Morning Ethics Warm-Up: The “I Should Be At The Beach” Edition…

Good Morning!

Is everyone vacationing this week but me? I can detect such things from blog traffic—this week has been sparse. Unfortunately this is the legal ethics CLE busy season, so I have been furious preparing materials for three new three-hour programs: “The Legal Ethics Mine Field,” “Legal Ethics Squeeze,” and a new musical ethics seminar for the New Jersey Bar Association, “Ethics Blues,” with the talented Esther Covington. It features legal issues-stuffed parodies of such songs as “Copacabana,” “Sweet Caroline,” “Piano Man,” “You Made Me Love You,” “Isn’t It Romantic” and “Let it Be,” among others. I’ve been writing parody song lyrics since I was 9, and much as I enjoy it, it is mentally exhausting in a way nothing else is.

1.  The anti-Trump news media is all a twitter because former GOP Congressman Joe Walsh might challenge President Trump for the nomination. Joe Walsh!  He’s the only member of Congress ever designated a fick by Ethics Alarms, in this post, about how Walsh, a Tea Party fiscal responsibility hawk who once lectured Barack Obama about how he was placing a burden on the backs of Walsh’s children, owed  $117,437 in unpaid child support to his ex-wife and those already burdened, kids, three of them. For this and other transgressions he was defeated for re-election, and Joe’s now a talk show host, presumably with the same audience that took guidance from former radio bloviators Ollie North and Gordon Liddy.

2. On the innocent until proven guilty front…there has been a spate of defamation lawsuits lately in which priests accused of sexually molesting boys accuse the Catholic Church of ruining their reputations based on publicizing unsubstantiated accusations of pederasty.

A Fresno, California priest,  Craig Harrison, who is facing multiple allegations of sexual abuse, is suing an established  Catholic watchdog group Roman Catholic Faithful (RCF). seeking “unlimited” damages as a result of RCF President Stephen Brady’s “appearance at a press conference in Bakersfield” that addressed “allegations of sexual misconduct” made against Harrison. The lawsuit and summons were filed this month after the Bakersfield Police Department (BPD) concluded an investigation that it said  exonerated Harrison. Brady says that the lawsuit may be intended to discourage other ongoing RCF investigations. Continue reading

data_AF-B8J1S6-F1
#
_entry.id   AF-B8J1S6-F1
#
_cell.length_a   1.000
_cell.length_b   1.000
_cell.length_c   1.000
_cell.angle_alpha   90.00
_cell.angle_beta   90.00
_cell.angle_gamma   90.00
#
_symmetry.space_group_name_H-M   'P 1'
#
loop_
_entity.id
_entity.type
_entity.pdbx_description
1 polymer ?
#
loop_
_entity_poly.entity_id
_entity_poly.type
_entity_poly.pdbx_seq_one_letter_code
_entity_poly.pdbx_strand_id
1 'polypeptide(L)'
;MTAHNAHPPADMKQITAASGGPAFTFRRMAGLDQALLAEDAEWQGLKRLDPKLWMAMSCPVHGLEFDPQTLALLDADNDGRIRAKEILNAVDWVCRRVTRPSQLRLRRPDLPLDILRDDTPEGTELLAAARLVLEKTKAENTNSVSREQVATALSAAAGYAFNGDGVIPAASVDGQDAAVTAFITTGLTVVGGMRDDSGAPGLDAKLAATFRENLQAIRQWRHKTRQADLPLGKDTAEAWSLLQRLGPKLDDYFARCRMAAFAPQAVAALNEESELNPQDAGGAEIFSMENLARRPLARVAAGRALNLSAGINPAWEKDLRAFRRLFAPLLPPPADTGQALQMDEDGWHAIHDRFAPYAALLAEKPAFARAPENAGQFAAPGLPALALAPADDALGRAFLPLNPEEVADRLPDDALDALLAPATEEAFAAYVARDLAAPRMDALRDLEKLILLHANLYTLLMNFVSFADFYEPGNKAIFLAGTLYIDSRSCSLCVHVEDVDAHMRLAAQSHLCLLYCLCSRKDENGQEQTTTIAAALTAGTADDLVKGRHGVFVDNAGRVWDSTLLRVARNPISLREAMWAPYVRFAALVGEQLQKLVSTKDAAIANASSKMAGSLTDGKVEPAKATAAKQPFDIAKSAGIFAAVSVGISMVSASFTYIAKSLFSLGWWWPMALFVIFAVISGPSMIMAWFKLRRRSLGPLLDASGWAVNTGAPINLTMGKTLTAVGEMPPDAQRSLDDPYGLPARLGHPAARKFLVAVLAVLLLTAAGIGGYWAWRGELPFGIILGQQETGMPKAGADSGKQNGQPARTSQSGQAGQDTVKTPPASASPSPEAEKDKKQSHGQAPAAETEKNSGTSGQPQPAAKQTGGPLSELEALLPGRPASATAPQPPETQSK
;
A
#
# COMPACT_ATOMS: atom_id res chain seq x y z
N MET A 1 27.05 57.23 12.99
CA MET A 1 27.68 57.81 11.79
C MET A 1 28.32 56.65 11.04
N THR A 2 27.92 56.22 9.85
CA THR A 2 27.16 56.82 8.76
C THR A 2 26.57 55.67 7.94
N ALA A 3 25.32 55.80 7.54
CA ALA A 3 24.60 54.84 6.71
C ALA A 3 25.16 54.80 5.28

The War On Gays: “Fair and Equitable” in Corpus Christi

Some day, one hopes not too far in the future, when U.S. culture has unequivocally abandoned the ancient fear of gay human beings, when understanding, fairness and respect has banished ignorance and hate, when same sex marriages are recognized as manifestations of loyalty, commitment and love rather than perversions of nature, and when no American feels the need to hide his or her sexuality, and thus feels no compulsion to trumpet it either, we will look back on such societal embarrassments as the Flour Bluff Intermediate School District as we do now on past purveyors of child labor, forced sterilization, involuntary human experimentation, mistreatment of women, and racism, and wonder, “What was the matter with those people? How did they get that way?”

Or, come to think of it, we could ask that question right now.

Seventeen-year-old Bianca “Nikki” Peet, a senior at Flour Bluffs High School in Corpus Christi, Texas, high school senior requested the she be permitted to launch a Gay-Straight Alliance in her school. The Equal Access Act, a federal law passed in 1984, requires schools receiving federal funding to offer “fair opportunities for students to form student-led  groups, regardless of their religious, political and philosophical leanings.” If the school district was going to allow any extracurricular groups, it had to allow Nikki’s.

So it shut down all extracurricular clubs at the school. Continue reading